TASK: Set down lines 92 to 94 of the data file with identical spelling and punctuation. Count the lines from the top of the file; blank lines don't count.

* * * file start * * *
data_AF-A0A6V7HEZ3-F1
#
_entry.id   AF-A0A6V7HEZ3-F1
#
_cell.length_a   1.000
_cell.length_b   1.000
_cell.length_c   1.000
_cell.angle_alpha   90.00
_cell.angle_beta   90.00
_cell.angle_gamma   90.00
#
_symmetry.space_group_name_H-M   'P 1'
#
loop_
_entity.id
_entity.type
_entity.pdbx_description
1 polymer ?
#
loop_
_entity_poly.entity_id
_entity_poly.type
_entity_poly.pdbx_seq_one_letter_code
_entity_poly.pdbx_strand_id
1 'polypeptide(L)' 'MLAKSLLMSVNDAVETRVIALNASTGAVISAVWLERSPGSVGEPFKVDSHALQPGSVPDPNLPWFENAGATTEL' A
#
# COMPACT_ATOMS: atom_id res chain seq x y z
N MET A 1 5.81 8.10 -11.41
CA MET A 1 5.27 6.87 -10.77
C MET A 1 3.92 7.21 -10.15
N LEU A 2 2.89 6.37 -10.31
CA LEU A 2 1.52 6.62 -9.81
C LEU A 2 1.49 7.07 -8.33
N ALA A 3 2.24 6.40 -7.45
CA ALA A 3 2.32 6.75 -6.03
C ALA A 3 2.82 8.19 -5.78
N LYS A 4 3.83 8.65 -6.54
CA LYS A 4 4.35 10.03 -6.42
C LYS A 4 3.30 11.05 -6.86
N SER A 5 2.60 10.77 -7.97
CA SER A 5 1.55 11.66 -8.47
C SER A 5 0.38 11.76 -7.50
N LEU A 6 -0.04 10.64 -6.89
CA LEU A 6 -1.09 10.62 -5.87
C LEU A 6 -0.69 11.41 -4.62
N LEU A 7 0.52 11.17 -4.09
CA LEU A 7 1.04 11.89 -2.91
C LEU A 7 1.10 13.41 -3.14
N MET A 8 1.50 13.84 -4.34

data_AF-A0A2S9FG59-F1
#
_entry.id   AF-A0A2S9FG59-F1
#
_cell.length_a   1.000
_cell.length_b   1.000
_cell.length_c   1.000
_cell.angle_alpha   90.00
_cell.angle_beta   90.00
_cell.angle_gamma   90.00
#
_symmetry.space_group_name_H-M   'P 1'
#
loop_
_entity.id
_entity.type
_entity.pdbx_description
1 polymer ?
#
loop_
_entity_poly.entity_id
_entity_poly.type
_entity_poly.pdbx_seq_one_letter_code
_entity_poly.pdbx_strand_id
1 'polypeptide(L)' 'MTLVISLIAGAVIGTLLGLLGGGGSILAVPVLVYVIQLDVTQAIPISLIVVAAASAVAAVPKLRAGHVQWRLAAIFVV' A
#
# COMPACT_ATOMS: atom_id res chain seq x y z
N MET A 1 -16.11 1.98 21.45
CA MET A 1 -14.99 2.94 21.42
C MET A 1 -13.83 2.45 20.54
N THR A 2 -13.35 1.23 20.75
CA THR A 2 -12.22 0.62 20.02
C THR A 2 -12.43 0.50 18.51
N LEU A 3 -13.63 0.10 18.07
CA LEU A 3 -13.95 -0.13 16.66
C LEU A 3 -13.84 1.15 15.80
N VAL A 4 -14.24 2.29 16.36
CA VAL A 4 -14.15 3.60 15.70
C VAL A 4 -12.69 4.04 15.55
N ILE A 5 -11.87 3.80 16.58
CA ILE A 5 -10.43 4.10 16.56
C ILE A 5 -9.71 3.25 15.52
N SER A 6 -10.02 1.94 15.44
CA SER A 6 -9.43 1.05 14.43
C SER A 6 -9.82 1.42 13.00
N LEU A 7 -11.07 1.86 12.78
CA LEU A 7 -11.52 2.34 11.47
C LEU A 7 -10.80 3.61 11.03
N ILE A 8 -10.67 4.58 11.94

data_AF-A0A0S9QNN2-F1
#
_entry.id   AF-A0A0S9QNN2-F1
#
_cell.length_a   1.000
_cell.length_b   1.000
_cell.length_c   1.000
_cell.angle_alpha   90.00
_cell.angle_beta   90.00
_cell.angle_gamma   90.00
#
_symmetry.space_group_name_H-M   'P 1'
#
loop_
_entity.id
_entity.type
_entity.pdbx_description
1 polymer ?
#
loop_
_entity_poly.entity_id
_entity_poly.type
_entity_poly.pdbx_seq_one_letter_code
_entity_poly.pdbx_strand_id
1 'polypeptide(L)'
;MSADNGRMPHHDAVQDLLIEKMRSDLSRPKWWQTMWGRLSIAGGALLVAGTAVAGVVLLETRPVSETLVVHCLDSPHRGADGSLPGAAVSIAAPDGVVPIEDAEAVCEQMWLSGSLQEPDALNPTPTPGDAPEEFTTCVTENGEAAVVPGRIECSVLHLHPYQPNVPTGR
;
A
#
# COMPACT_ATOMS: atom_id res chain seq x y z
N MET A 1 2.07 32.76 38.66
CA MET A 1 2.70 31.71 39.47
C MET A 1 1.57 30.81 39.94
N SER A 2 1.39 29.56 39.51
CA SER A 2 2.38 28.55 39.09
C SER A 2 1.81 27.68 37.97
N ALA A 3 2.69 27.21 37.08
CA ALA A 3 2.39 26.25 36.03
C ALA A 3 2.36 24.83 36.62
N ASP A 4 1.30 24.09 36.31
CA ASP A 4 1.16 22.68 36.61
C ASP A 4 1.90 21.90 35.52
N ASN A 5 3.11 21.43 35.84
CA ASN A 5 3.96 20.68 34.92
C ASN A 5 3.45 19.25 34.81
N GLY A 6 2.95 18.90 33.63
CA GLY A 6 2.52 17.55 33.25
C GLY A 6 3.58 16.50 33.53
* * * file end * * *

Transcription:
N SER A 6 -10.02 1.94 15.44
CA SER A 6 -9.43 1.05 14.43
C SER A 6 -9.82 1.42 13.00